A very popular and bustling fishing village in Nova Scotia filled with character and tourist buses. I spent an hour walking the town to see what one of the two UNESCO World Heritage Site in North America had to offer. Established in 1753 as a British colony the town still holds its initial layout and seventy percent of the buildings are still in tact, from the 18th and 19th centuries.
Bright houses and storefronts line the busy streets closest to the waterfront. You can find restaurants, coffee houses, and gift shops. Each dwelling seems to have some quirky little detail making it unique, walking around observing the buildings was one of the highlights of my time spent in town.
Even the streets have their own fish to decorate the corners so you can say to your friends, meet me on mackerel street.
Walk out to the docks of the lively waterfront where the industry that sustains the town sets off and you’re sure to see a gathering of dingys.
Visit the Fisheries Museum of the Atlantic [68 Bluenose Dr, Lunenburg, NS B0J 2C0, Canada] to learn about the heritage of fishermen in Nova Scotia. Or, you can check out their dockside displays for a quick and free lesson. You’ll find a whale harpoon gun,
whale skull, whale jawbone,
touch tank, vessels, and even a human sized lobster trap that you can climb your way into.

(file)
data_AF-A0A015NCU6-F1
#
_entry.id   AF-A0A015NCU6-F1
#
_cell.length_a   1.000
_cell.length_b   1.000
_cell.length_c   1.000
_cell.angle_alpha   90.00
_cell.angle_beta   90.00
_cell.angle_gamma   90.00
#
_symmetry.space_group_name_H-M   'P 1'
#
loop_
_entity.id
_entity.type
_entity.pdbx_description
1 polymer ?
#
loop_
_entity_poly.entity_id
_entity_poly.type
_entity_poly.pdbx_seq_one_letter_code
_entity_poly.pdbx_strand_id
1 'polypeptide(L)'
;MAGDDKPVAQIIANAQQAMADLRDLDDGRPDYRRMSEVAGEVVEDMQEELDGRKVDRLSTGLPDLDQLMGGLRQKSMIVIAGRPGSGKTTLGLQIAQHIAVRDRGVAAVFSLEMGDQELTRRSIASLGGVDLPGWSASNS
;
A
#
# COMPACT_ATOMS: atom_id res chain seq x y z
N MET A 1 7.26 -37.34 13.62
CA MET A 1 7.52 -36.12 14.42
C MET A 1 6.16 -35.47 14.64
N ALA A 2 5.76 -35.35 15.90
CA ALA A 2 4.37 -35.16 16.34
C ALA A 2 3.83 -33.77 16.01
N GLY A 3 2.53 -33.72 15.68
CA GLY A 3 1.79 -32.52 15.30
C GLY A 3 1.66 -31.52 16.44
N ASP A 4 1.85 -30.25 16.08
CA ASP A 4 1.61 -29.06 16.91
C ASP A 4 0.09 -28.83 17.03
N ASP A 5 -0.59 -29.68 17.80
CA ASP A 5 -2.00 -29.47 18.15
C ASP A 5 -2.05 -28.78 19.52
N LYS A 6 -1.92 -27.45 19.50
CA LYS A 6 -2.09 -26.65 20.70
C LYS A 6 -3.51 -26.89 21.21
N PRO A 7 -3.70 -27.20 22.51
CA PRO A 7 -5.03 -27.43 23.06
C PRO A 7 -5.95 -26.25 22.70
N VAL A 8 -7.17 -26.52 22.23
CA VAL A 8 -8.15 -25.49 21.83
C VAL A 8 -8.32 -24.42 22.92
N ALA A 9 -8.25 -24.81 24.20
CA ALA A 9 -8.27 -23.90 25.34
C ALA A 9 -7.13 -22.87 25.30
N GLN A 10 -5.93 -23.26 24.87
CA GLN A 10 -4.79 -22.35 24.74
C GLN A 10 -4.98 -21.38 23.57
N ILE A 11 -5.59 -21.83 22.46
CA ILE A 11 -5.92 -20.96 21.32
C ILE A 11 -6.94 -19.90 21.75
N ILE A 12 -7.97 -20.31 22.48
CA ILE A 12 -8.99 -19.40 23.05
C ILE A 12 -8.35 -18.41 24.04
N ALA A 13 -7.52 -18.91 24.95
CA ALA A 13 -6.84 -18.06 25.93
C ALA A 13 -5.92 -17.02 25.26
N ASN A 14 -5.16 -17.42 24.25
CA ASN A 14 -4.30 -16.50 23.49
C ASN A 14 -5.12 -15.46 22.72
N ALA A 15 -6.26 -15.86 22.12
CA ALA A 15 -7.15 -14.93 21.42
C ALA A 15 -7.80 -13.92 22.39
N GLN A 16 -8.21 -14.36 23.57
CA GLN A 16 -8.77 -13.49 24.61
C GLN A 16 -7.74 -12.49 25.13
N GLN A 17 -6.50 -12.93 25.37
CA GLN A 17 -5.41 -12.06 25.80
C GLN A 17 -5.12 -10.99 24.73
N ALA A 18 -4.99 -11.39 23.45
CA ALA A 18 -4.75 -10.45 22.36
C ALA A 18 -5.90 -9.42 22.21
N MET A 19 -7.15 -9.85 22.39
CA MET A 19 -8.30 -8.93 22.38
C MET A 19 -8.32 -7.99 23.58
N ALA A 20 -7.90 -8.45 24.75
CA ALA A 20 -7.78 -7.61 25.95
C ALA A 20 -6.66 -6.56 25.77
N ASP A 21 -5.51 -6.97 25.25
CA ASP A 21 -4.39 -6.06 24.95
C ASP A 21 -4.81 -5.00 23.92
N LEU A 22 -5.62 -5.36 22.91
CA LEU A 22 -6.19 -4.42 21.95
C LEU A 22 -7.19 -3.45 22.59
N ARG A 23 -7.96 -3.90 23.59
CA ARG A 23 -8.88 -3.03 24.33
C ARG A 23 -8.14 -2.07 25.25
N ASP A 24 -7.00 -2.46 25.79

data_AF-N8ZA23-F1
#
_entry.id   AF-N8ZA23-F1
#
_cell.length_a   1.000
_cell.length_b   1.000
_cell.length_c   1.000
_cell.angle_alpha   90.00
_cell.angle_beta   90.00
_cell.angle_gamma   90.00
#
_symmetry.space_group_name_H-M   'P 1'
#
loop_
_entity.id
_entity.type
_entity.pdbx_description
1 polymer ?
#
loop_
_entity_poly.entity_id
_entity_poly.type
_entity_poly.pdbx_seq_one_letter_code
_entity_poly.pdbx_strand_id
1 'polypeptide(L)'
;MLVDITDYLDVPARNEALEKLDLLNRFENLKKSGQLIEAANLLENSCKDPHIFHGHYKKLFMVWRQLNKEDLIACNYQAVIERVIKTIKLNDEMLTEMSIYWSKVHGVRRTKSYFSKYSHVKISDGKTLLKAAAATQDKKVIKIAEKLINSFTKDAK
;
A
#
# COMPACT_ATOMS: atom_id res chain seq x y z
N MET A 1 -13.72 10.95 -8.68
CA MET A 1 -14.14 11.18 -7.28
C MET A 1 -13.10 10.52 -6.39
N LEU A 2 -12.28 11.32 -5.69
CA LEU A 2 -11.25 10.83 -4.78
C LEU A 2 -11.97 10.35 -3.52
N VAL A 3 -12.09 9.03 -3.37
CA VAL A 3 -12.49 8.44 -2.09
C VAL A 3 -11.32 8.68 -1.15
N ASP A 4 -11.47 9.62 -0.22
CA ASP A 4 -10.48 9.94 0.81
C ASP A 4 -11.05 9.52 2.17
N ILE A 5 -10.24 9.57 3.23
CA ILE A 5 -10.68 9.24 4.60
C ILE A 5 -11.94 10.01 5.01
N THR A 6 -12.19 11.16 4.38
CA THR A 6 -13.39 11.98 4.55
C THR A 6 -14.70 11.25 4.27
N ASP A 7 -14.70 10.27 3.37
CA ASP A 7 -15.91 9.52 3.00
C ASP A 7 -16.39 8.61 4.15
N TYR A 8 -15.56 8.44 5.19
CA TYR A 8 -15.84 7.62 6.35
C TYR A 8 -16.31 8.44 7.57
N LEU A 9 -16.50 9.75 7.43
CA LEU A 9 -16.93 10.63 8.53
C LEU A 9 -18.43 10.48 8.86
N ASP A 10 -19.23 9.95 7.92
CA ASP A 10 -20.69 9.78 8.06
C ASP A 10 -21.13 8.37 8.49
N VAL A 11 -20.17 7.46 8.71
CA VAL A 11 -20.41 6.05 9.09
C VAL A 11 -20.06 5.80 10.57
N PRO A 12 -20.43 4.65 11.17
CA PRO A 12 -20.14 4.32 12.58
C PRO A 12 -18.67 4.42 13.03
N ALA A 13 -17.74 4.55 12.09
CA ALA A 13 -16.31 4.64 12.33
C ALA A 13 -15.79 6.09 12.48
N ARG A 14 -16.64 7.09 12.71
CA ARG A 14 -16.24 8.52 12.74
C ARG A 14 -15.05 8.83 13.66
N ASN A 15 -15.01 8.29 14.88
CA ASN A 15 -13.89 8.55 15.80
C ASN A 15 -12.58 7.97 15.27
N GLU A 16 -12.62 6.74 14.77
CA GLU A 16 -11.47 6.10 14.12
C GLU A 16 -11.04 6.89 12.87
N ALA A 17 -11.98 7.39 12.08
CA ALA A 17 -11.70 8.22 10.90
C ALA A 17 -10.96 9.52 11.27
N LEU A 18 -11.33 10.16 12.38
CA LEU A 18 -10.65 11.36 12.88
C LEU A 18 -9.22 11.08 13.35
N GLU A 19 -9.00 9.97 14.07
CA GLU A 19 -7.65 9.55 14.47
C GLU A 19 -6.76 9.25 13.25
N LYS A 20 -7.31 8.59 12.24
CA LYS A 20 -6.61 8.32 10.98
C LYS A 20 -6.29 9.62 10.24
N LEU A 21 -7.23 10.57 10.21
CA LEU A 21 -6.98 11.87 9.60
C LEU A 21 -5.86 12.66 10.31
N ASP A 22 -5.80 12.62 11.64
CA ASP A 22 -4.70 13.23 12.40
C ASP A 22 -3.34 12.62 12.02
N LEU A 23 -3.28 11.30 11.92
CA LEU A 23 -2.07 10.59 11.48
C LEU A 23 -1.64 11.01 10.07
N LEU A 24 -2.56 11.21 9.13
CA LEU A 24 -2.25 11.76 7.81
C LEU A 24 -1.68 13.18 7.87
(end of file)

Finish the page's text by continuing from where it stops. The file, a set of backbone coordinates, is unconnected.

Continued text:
Consider signing up to be a deckhand for the day on the Bluenose II a replica of the fast and famous fishing schooner on the back of the Canadian dime, whose homeport is Lunenburg.
A few quick minutes from town the world gets a lot quieter. Drive out on the Point Road until you reach the water and pull off to admire the geology.
The rocks are blue slate and they have interesting patterns, pockets, and stripes.
On a sunny day the bright blue water spectacularly contrasts with the yellow seaweed. Explore every tide pool. You can set out on the water and get a closer look at all of the islands by renting a kayak with Pleasant Paddling [245 The Point Rd, Lunenburg, NS B0J 2C0, Canada]. You might even see a seagull chasing a bald eagle.
Admire the little shacks in this sleepy fishing village that look like a bucolic painting.
One adorably tiny shop exists, The Point General [245 The Point Road Blue Rocks, Nova Scotia] which sells some local art, home goods, and snacks including made-for-you picnic baskets.
+Seaside Shanty, 5315 Hwy 3, Chester Basin, NS B0J 1K0, Canada
Not in Lunenburg, but 20 minutes away gently tucked on the side of the road is a restaurant which had all of the local specialties I was interested in trying. Sit dockside, on the open air patio, or inside. I was so happy to order solomon gundy, which is marinated herring with sweet onions.
The fish was as fresh as can be and I enjoyed this local favorite. Fishcakes are another specialty in the region, they were made up of salt cod and lightly fried, served with fresh veggies and addictive baked beans.
Last but no least came the blueberry grunt, an Acadian dumpling dessert with wild berries, vanilla ice cream, and a heap of whipped cream.
If you are interested in eating dishes true to Nova Scotia tradition – this is your spot.